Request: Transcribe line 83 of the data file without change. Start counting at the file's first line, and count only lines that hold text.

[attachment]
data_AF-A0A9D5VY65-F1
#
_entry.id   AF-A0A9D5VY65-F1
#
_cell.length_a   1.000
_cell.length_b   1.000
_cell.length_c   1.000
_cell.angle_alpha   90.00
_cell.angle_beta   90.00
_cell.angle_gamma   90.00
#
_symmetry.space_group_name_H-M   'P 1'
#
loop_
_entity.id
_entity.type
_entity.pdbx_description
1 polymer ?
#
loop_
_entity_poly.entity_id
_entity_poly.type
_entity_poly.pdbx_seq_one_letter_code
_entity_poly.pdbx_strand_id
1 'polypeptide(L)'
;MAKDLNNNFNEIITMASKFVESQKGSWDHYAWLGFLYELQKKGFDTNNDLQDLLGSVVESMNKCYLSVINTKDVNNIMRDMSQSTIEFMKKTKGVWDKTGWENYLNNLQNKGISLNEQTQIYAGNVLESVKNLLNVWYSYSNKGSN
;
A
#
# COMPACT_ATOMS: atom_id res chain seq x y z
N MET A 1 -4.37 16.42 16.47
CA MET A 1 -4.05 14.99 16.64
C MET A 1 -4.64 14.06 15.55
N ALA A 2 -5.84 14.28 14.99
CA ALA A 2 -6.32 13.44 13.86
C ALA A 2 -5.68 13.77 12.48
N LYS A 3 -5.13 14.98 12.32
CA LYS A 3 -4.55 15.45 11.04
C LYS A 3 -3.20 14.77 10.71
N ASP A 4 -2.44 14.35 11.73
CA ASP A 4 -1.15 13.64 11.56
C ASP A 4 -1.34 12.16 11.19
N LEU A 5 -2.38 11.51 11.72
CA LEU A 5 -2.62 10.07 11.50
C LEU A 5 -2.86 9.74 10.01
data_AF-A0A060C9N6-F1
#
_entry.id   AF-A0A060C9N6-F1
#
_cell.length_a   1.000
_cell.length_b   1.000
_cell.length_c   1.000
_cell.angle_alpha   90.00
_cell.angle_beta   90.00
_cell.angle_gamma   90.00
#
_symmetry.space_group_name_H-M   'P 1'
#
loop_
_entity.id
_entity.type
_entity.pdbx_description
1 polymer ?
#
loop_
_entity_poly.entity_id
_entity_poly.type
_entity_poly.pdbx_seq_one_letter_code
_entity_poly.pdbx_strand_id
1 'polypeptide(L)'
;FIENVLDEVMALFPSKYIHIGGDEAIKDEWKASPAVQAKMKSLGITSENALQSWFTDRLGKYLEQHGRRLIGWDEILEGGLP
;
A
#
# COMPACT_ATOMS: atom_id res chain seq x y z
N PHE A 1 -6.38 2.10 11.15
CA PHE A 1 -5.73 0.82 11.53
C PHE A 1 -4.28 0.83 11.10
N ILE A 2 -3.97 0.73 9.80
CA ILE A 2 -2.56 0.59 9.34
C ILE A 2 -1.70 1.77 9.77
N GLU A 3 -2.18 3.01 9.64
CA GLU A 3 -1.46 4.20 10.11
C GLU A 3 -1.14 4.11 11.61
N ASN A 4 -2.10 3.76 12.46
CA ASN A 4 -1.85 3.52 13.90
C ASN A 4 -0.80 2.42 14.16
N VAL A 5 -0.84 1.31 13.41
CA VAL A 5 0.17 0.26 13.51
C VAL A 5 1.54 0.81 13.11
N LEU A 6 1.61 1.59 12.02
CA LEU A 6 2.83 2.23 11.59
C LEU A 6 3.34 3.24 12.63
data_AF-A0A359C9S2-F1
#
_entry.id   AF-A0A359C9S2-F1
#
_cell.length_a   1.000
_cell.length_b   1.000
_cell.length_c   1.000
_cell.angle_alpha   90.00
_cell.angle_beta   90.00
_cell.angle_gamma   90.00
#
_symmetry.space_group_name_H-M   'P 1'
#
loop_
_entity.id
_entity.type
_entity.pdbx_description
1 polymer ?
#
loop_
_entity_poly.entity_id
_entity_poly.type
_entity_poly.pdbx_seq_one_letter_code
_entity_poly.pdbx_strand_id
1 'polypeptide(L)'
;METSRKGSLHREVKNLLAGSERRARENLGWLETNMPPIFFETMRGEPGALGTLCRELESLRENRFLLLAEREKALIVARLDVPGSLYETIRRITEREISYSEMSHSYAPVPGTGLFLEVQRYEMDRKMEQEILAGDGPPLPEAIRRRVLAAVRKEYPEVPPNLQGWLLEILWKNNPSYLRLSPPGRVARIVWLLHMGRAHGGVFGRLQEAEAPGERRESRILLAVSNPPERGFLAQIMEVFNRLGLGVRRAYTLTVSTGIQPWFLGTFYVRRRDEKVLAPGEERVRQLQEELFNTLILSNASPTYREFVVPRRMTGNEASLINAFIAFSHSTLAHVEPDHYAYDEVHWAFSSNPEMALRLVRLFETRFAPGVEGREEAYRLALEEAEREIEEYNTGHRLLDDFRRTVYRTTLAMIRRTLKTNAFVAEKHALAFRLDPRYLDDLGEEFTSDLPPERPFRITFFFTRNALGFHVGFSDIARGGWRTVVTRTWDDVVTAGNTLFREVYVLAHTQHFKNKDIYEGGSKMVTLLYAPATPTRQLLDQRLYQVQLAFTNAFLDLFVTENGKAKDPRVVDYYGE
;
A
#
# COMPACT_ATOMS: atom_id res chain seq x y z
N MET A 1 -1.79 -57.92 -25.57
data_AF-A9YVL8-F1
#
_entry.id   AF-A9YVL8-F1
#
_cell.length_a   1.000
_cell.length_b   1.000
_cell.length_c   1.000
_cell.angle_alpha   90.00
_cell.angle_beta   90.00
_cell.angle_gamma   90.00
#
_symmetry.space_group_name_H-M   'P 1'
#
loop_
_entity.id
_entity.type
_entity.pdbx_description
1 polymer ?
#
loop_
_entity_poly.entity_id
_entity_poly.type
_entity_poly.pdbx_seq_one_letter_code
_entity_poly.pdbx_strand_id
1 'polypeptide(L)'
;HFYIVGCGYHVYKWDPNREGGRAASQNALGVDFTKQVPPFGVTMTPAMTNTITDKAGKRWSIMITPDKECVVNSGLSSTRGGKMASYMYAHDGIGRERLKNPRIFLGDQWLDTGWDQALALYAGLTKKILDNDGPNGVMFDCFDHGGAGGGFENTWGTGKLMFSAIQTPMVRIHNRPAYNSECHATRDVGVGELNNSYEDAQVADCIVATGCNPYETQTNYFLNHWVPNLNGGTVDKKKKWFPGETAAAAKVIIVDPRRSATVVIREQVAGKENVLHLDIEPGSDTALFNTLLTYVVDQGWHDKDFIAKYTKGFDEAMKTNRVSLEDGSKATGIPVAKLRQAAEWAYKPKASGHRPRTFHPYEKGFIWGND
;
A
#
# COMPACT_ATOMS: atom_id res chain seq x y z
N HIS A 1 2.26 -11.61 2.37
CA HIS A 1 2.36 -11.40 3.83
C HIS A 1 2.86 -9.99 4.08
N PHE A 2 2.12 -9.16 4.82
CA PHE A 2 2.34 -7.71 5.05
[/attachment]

CA GLU A 3 -1.46 4.20 10.11